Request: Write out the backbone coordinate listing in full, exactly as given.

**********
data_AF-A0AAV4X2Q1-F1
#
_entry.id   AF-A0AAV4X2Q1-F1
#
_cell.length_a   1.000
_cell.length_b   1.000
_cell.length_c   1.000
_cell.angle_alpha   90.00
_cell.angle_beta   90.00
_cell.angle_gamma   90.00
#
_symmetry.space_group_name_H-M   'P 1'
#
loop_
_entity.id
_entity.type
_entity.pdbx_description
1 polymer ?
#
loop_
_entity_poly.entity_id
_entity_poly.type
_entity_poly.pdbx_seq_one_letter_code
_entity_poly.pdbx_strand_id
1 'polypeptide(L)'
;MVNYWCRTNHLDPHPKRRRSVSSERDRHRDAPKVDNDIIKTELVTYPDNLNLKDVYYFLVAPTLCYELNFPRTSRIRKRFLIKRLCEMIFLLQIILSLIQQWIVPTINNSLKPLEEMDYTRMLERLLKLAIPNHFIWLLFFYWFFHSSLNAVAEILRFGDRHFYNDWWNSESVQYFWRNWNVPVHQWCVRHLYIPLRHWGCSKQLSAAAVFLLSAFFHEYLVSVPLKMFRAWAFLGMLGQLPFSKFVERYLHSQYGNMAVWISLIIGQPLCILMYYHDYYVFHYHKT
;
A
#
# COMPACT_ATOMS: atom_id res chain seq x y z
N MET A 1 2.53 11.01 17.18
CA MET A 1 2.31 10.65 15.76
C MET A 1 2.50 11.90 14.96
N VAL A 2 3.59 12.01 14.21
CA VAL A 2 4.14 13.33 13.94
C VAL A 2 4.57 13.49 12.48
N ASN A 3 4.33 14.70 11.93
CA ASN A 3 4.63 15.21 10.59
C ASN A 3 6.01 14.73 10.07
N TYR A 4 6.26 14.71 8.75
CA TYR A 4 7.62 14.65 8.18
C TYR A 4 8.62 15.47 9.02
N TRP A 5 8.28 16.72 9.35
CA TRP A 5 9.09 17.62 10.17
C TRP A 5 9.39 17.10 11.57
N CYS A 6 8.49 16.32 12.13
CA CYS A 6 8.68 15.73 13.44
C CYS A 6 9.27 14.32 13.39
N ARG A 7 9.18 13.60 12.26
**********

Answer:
data_AF-A0AAV4X2Q1-F1
#
_entry.id   AF-A0AAV4X2Q1-F1
#
_cell.length_a   1.000
_cell.length_b   1.000
_cell.length_c   1.000
_cell.angle_alpha   90.00
_cell.angle_beta   90.00
_cell.angle_gamma   90.00
#
_symmetry.space_group_name_H-M   'P 1'
#
loop_
_entity.id
_entity.type
_entity.pdbx_description
1 polymer ?
#
loop_
_entity_poly.entity_id
_entity_poly.type
_entity_poly.pdbx_seq_one_letter_code
_entity_poly.pdbx_strand_id
1 'polypeptide(L)'
;MVNYWCRTNHLDPHPKRRRSVSSERDRHRDAPKVDNDIIKTELVTYPDNLNLKDVYYFLVAPTLCYELNFPRTSRIRKRFLIKRLCEMIFLLQIILSLIQQWIVPTINNSLKPLEEMDYTRMLERLLKLAIPNHFIWLLFFYWFFHSSLNAVAEILRFGDRHFYNDWWNSESVQYFWRNWNVPVHQWCVRHLYIPLRHWGCSKQLSAAAVFLLSAFFHEYLVSVPLKMFRAWAFLGMLGQLPFSKFVERYLHSQYGNMAVWISLIIGQPLCILMYYHDYYVFHYHKT
;
A
#
# COMPACT_ATOMS: atom_id res chain seq x y z
N MET A 1 2.53 11.01 17.18
CA MET A 1 2.31 10.65 15.76
C MET A 1 2.50 11.90 14.96
N VAL A 2 3.59 12.01 14.21
CA VAL A 2 4.14 13.33 13.94
C VAL A 2 4.57 13.49 12.48
N ASN A 3 4.33 14.70 11.93
CA ASN A 3 4.63 15.21 10.59
C ASN A 3 6.01 14.73 10.07
N TYR A 4 6.26 14.71 8.75
CA TYR A 4 7.62 14.65 8.18
C TYR A 4 8.62 15.47 9.02
N TRP A 5 8.28 16.72 9.35
CA TRP A 5 9.09 17.62 10.17
C TRP A 5 9.39 17.10 11.57
N CYS A 6 8.49 16.32 12.13
CA CYS A 6 8.68 15.73 13.44
C CYS A 6 9.27 14.32 13.39
N ARG A 7 9.18 13.60 12.26